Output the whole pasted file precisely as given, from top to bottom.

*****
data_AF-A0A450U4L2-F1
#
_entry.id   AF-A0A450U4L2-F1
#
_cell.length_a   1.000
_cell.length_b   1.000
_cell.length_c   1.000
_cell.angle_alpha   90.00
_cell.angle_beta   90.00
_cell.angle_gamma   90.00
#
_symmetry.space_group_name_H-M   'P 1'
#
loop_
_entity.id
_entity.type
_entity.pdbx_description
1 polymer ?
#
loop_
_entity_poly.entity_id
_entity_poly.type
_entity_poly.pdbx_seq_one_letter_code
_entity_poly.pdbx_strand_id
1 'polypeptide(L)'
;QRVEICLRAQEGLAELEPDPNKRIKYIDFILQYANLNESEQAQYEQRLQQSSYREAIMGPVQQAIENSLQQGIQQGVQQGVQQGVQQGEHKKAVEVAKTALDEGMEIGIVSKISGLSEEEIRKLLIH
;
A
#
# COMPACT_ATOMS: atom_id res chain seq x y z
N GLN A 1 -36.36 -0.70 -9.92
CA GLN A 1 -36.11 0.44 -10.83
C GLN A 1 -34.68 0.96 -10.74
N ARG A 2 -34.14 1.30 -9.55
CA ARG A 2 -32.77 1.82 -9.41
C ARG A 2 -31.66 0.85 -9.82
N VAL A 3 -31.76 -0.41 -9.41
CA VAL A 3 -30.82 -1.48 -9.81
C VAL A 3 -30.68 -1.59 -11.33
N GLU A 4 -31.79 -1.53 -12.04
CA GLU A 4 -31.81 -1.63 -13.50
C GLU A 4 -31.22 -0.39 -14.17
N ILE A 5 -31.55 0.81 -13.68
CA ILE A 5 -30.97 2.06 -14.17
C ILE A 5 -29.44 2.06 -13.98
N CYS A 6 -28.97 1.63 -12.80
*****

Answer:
data_AF-A0A450U4L2-F1
#
_entry.id   AF-A0A450U4L2-F1
#
_cell.length_a   1.000
_cell.length_b   1.000
_cell.length_c   1.000
_cell.angle_alpha   90.00
_cell.angle_beta   90.00
_cell.angle_gamma   90.00
#
_symmetry.space_group_name_H-M   'P 1'
#
loop_
_entity.id
_entity.type
_entity.pdbx_description
1 polymer ?
#
loop_
_entity_poly.entity_id
_entity_poly.type
_entity_poly.pdbx_seq_one_letter_code
_entity_poly.pdbx_strand_id
1 'polypeptide(L)'
;QRVEICLRAQEGLAELEPDPNKRIKYIDFILQYANLNESEQAQYEQRLQQSSYREAIMGPVQQAIENSLQQGIQQGVQQGVQQGVQQGEHKKAVEVAKTALDEGMEIGIVSKISGLSEEEIRKLLIH
;
A
#
# COMPACT_ATOMS: atom_id res chain seq x y z
N GLN A 1 -36.36 -0.70 -9.92
CA GLN A 1 -36.11 0.44 -10.83
C GLN A 1 -34.68 0.96 -10.74
N ARG A 2 -34.14 1.30 -9.55
CA ARG A 2 -32.77 1.82 -9.41
C ARG A 2 -31.66 0.85 -9.82
N VAL A 3 -31.76 -0.41 -9.41
CA VAL A 3 -30.82 -1.48 -9.81
C VAL A 3 -30.68 -1.59 -11.33
N GLU A 4 -31.79 -1.53 -12.04
CA GLU A 4 -31.81 -1.63 -13.50
C GLU A 4 -31.22 -0.39 -14.17
N ILE A 5 -31.55 0.81 -13.68
CA ILE A 5 -30.97 2.06 -14.17
C ILE A 5 -29.44 2.06 -13.98
N CYS A 6 -28.97 1.63 -12.80